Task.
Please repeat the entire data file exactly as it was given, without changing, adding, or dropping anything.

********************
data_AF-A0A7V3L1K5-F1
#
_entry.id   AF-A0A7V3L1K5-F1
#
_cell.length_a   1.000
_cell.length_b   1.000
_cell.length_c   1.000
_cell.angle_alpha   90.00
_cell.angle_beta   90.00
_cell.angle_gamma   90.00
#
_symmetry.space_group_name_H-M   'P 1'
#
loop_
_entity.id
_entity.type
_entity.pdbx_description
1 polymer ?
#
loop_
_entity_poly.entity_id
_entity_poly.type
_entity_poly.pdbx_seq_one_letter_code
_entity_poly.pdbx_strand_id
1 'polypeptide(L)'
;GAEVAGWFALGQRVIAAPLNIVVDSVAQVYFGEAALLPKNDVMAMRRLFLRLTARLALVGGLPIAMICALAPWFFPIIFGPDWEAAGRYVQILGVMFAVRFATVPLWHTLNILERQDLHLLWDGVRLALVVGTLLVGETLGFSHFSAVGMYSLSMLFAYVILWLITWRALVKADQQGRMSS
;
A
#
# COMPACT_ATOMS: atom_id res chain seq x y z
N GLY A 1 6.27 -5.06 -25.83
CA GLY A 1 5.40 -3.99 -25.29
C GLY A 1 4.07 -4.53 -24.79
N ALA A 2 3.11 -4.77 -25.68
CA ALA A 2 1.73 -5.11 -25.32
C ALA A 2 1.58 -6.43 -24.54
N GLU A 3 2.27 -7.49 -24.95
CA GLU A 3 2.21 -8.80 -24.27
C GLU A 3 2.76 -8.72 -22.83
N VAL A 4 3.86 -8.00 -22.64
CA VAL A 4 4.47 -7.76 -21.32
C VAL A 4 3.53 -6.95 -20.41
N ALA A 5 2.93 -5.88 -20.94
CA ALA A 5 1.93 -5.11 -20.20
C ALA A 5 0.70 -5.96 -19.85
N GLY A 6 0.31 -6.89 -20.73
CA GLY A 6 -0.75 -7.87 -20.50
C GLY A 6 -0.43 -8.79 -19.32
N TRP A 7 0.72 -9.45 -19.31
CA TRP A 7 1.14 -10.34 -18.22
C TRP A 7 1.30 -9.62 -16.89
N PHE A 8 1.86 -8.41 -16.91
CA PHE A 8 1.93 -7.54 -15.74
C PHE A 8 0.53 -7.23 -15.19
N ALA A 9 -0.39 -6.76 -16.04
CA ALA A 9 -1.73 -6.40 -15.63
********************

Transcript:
data_AF-A0A7V3L1K5-F1
#
_entry.id   AF-A0A7V3L1K5-F1
#
_cell.length_a   1.000
_cell.length_b   1.000
_cell.length_c   1.000
_cell.angle_alpha   90.00
_cell.angle_beta   90.00
_cell.angle_gamma   90.00
#
_symmetry.space_group_name_H-M   'P 1'
#
loop_
_entity.id
_entity.type
_entity.pdbx_description
1 polymer ?
#
loop_
_entity_poly.entity_id
_entity_poly.type
_entity_poly.pdbx_seq_one_letter_code
_entity_poly.pdbx_strand_id
1 'polypeptide(L)'
;GAEVAGWFALGQRVIAAPLNIVVDSVAQVYFGEAALLPKNDVMAMRRLFLRLTARLALVGGLPIAMICALAPWFFPIIFGPDWEAAGRYVQILGVMFAVRFATVPLWHTLNILERQDLHLLWDGVRLALVVGTLLVGETLGFSHFSAVGMYSLSMLFAYVILWLITWRALVKADQQGRMSS
;
A
#
# COMPACT_ATOMS: atom_id res chain seq x y z
N GLY A 1 6.27 -5.06 -25.83
CA GLY A 1 5.40 -3.99 -25.29
C GLY A 1 4.07 -4.53 -24.79
N ALA A 2 3.11 -4.77 -25.68
CA ALA A 2 1.73 -5.11 -25.32
C ALA A 2 1.58 -6.43 -24.54
N GLU A 3 2.27 -7.49 -24.95
CA GLU A 3 2.21 -8.80 -24.27
C GLU A 3 2.76 -8.72 -22.83
N VAL A 4 3.86 -8.00 -22.64
CA VAL A 4 4.47 -7.76 -21.32
C VAL A 4 3.53 -6.95 -20.41
N ALA A 5 2.93 -5.88 -20.94
CA ALA A 5 1.93 -5.11 -20.20
C ALA A 5 0.70 -5.96 -19.85
N GLY A 6 0.31 -6.89 -20.73
CA GLY A 6 -0.75 -7.87 -20.50
C GLY A 6 -0.43 -8.79 -19.32
N TRP A 7 0.72 -9.45 -19.31
CA TRP A 7 1.14 -10.34 -18.22
C TRP A 7 1.30 -9.62 -16.89
N PHE A 8 1.86 -8.41 -16.91
CA PHE A 8 1.93 -7.54 -15.74
C PHE A 8 0.53 -7.23 -15.19
N ALA A 9 -0.39 -6.76 -16.04
CA ALA A 9 -1.73 -6.40 -15.63